Questions from practice tests

<p>I have accumulated some questions that I did not understand from previous practice tests. Can you guys help me out?
1) What is the greatest number of pieces that can result from slicing a spherical orange with 3 straight cuts?
The answer is 8 but I said 7. </p>

<p>2) [Sometimes of] a history buff, my uncle has a collection [of] first edition biographies that [has been featured] in newspaper articles and magazine stories [alike].
The answer is No Error but I chose [something of] because its talking about the uncle so shouldn't it be "Someone like?" I know that it sounds awkward but a person can't be a thing. </p>

<p>3) [Concerned by] the patient's chest pains and breathing difficulty, the nursing student was quick [to realize] that these symptoms were [consistent to] [those] of a heart attack.
The answer is C but is A also wrong? Shouldn't it be concerned about (as stated in Silverturtle's guide)?</p>

<p>4) Martial arts students may choose from among many levels of classes, [there is one which is] best for their particular skills.
B) of which there is one
C) one of which is
I narrowed it down to these two but I choose B.. which is wrong. Why is it C?</p>


<p>3 is not A because the student is not concerned about the chest pains and breathing difficulty, rather the fact that the chest pains are symptoms of a heart attack. </p>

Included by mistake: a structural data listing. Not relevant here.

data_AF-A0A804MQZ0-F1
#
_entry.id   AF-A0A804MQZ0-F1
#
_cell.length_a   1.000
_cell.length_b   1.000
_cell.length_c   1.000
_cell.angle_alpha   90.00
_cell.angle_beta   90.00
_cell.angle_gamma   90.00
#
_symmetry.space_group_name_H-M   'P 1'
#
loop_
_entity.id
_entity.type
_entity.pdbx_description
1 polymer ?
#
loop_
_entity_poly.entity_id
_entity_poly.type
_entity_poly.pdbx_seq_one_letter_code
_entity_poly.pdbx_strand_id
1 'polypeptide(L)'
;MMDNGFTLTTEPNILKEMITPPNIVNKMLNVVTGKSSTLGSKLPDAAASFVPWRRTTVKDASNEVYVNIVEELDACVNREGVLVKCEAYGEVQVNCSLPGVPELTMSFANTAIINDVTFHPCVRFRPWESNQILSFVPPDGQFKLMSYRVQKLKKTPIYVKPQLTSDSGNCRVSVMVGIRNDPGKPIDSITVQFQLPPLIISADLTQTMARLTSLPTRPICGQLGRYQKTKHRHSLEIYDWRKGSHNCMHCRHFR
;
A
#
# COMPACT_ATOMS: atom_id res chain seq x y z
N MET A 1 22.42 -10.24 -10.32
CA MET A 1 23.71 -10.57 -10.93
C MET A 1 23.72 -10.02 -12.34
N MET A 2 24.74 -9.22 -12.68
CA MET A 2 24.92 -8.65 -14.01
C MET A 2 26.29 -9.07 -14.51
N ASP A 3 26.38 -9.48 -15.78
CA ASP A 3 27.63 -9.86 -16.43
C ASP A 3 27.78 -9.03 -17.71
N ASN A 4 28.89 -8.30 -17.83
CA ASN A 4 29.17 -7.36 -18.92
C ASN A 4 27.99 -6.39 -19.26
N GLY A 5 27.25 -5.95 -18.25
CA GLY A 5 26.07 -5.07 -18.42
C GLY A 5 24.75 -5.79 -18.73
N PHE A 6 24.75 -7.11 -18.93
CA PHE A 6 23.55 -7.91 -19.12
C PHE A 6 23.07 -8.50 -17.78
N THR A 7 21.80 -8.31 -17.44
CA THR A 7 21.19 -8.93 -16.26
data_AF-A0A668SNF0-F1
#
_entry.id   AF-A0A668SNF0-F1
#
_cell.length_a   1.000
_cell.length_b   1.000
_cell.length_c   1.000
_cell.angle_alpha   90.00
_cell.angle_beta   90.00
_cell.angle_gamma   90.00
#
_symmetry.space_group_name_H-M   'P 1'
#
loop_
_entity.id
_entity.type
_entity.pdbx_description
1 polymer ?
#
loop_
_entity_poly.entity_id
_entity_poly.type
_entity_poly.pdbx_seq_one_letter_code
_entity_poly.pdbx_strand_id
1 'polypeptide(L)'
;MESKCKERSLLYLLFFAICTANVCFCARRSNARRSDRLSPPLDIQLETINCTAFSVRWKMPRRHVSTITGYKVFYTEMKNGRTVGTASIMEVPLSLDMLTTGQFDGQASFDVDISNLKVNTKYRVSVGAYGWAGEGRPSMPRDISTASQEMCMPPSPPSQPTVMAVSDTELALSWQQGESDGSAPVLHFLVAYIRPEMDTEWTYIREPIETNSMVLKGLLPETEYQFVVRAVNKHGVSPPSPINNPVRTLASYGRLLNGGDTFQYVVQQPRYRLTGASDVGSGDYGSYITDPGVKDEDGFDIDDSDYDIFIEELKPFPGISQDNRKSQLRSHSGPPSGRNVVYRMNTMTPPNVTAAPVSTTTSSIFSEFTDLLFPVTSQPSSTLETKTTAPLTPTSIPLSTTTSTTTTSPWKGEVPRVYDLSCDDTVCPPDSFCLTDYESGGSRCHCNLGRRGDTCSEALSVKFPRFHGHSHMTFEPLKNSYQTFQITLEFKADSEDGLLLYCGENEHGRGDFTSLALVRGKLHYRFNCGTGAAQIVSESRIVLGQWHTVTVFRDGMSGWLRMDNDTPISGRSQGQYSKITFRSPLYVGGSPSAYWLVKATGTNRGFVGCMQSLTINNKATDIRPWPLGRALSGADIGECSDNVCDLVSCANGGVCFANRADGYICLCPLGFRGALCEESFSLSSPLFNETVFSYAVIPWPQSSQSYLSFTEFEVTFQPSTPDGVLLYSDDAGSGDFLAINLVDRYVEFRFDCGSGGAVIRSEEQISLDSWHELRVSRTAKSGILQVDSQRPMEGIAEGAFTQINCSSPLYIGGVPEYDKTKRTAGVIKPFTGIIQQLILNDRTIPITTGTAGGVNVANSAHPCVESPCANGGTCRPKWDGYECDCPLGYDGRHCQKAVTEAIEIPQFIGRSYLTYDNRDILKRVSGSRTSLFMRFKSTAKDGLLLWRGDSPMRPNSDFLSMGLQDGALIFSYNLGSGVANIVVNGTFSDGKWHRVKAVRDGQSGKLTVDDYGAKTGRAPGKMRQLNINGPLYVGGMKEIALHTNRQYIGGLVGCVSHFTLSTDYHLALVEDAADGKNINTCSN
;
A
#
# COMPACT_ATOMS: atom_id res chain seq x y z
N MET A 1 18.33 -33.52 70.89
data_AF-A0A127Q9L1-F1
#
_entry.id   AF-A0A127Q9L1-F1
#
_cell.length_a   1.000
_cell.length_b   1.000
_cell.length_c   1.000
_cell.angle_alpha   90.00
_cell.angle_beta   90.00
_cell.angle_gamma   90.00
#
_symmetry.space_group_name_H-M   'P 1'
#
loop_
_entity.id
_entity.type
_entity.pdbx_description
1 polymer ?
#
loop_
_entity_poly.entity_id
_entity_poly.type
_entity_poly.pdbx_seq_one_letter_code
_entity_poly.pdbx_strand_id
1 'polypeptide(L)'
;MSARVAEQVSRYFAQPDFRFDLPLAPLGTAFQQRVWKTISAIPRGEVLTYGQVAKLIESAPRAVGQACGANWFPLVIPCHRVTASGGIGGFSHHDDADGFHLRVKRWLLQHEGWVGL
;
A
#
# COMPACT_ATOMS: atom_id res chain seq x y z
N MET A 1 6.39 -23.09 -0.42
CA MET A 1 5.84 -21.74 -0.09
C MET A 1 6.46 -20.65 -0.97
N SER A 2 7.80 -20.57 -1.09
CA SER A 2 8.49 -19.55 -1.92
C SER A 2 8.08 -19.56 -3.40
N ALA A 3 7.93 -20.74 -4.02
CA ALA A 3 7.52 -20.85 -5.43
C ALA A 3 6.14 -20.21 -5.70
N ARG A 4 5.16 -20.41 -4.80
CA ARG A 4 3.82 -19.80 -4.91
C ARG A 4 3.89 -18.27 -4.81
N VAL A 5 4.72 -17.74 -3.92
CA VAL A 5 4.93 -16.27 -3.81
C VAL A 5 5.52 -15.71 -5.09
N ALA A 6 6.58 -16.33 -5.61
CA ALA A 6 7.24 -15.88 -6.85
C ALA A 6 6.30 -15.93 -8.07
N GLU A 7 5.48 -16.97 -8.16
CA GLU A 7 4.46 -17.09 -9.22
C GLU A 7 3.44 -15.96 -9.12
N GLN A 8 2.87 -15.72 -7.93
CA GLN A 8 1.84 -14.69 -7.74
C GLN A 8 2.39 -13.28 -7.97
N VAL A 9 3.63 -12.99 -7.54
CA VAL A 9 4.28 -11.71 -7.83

<p>4 is not B because it is too wordy and kinda passive tone. never choose passive tone lol</p>

<p>not sure about 1...and not sure about 2 either.</p>

<p>For question number 1, try to visualize the orange from the top down. Make two cuts, one horizontal, one vertical, splitting the orange into four pieces. Now turn the orange on its side and make a horizontal cut that goes through all four pieces - cutting each of them in half. You now have eight pieces. </p>

<p>Try it with a real orange (or any sphere) and it'll be easier to see. </p>

<p>For question 2, "something of a x" is an acceptable phrase. It means 'to some extent.' So, 'something of a history buff' just means he's kind of a history buff. It's one of those phrases most people learn by missing a question on their SAT practice tests.</p>

<p>Here's another way to think about number 1. </p>

<p>If you look at the usual xy-plane, and draw a circle centered at the origin, you can see that it is split into 4 pieces. This is because there are 4 quadrants.</p>

<p>Now generalize this in 3 dimensions to an xyz-plane. This has 8 octants. Thus if you center a sphere at the origin in the xyz-plane it will be split into 8 congruent pieces.</p>

<p>(The 3 "cuts" are the xy-plane, the xz-plane, and the yz-plane)</p>

<p>Thank you guys!! It really helped me a lot!</p>